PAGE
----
Bad-tempered teams do best at mental tasks

Ever wondered why successful writers are such sweet and friendly characters, while successful lawyers and accountants are such grumpy buggers?

Apparently, it’s all to do with the nature of the task; teams who share positive emotions with one another do better at creative tasks, whereas a shared filthy temper enhances analytical skills.

Annefloor Klep of the Netherlands Organisation for Scientific Research (NWO) says that her results show that managers who want their team to perform better should let employees moan and whinge.

That way, she says, they’ll “solve complicated problems better, share more information with each other and have greater solidarity”.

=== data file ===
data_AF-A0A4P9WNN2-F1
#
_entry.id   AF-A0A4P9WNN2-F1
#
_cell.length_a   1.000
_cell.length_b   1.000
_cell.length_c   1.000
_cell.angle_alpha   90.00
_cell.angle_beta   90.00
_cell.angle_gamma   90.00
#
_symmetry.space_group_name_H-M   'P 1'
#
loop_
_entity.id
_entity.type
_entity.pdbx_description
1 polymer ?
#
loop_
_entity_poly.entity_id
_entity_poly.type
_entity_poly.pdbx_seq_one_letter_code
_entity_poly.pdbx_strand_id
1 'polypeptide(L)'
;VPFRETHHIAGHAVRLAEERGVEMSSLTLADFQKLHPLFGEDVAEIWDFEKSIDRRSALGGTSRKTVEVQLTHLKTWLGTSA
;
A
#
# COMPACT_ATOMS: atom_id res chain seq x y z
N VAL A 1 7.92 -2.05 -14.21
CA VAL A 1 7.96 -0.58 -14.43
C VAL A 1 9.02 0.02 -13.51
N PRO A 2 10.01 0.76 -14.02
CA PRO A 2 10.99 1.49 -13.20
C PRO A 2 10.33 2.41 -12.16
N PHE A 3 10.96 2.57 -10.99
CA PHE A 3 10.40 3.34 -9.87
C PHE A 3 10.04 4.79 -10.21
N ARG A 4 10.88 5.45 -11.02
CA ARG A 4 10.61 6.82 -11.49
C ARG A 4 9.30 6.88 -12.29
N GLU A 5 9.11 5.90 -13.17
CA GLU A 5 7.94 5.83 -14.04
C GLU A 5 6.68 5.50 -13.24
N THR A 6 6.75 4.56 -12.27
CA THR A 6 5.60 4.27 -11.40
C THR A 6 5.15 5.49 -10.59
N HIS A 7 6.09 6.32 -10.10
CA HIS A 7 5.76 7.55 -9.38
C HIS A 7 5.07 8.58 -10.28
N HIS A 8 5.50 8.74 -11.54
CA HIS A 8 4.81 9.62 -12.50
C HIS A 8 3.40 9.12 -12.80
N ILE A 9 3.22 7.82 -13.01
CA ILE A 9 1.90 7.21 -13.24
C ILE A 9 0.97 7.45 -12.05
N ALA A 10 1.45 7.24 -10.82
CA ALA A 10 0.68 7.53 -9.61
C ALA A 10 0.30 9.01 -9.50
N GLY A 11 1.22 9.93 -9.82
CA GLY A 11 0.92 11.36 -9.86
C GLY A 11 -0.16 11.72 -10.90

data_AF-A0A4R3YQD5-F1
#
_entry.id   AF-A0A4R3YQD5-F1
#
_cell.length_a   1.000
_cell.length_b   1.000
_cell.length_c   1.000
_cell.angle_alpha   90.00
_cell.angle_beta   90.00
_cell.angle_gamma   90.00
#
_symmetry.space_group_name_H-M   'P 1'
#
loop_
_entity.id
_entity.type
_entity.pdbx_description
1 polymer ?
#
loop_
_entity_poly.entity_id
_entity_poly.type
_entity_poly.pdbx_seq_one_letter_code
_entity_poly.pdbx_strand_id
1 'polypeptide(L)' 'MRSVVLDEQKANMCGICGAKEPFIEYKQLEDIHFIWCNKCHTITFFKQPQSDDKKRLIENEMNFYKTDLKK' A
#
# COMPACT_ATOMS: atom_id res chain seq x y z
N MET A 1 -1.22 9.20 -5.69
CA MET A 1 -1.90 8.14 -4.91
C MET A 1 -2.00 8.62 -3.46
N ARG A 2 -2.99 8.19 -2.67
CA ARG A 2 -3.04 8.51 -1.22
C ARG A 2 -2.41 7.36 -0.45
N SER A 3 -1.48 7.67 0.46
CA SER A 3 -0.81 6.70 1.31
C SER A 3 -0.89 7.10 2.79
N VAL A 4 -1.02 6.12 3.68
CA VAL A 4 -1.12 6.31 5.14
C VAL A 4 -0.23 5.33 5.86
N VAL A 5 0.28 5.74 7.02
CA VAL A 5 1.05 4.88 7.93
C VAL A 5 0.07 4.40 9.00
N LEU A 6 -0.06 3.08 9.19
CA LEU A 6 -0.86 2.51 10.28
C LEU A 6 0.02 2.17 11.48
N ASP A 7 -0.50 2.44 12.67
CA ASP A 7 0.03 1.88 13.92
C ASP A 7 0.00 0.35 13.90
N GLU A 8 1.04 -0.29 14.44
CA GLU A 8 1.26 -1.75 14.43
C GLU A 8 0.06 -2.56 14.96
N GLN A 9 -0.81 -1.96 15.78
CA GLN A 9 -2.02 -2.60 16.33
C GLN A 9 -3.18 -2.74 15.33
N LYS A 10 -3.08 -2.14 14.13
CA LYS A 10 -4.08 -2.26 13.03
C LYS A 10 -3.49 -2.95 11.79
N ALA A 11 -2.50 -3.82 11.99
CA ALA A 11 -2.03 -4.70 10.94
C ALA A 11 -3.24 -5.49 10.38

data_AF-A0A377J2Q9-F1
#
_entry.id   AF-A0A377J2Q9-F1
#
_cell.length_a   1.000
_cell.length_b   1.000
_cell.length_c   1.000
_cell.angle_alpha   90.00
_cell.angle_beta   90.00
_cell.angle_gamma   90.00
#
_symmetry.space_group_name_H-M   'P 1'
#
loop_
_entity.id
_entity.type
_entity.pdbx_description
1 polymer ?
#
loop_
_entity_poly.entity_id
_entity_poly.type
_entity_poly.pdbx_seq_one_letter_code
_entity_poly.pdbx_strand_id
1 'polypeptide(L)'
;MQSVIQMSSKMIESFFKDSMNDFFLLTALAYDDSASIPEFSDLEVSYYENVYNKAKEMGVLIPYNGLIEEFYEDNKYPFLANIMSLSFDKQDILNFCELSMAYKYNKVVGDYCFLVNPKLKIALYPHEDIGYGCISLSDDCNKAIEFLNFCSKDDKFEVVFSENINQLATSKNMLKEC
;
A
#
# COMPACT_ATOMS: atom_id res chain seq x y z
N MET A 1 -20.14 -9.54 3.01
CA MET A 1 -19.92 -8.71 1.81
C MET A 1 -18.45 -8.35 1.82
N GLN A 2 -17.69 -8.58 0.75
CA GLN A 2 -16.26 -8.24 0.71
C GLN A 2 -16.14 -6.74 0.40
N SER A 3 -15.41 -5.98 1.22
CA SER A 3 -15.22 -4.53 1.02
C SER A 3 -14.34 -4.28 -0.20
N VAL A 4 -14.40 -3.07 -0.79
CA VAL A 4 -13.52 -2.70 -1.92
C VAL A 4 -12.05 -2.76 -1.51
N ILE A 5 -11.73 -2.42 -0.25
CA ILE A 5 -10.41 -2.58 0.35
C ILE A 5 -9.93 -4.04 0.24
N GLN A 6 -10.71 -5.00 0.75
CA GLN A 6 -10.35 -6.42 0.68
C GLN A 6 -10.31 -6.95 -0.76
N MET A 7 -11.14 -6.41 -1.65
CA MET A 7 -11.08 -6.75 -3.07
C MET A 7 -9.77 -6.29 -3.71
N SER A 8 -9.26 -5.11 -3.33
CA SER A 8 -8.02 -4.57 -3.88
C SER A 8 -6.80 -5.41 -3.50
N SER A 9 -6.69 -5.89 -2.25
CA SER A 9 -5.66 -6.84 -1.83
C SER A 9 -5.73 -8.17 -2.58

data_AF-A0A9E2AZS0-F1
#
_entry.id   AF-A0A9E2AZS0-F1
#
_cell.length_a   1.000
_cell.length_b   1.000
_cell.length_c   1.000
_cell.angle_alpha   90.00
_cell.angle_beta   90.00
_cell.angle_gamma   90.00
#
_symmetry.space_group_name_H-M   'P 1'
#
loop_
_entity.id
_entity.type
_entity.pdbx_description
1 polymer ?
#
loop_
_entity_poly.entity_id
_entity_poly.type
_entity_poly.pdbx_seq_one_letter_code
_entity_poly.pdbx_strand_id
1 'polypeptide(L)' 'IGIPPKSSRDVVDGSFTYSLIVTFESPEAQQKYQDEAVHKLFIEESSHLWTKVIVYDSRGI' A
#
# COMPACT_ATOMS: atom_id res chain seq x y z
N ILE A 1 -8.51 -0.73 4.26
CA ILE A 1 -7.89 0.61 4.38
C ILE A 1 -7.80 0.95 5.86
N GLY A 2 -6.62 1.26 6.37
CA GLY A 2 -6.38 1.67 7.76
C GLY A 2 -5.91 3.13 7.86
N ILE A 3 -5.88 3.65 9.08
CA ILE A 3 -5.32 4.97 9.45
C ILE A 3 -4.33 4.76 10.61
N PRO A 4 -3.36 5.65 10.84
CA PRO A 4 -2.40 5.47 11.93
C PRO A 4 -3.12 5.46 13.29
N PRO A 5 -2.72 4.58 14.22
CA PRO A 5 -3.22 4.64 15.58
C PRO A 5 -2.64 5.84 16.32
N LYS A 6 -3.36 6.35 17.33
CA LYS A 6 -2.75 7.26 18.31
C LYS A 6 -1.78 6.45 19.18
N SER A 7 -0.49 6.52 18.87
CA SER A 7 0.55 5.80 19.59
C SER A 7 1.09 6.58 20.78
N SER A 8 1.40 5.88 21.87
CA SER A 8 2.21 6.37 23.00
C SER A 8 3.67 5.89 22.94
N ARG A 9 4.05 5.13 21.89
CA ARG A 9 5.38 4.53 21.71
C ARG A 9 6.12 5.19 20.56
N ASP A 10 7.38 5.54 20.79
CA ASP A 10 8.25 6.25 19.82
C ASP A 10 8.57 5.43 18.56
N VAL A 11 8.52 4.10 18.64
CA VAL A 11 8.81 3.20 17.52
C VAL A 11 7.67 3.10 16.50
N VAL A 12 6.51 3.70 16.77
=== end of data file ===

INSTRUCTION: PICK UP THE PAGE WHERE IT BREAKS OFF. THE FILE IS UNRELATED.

Klep showed test subjects either cheerful or sad films, and looked afterwards at how her little team worked together on creative or analytical tasks.

Groups who were shown sad films and talked about how miserable they felt before they started their task performed difficult decision-making tasks the best – better than groups who had seen a sad movie but hadn’t been allowed to discuss it.

Sharing your emotions is particularly successful, apparently, if you think you’re in conflict with your colleagues. Giving certain groups the idea that there was a problem with their relationship and then letting them hurl abuse at each other apparently made for a really successful team.

Funny how that never seems to work with The Apprentice, but there you go.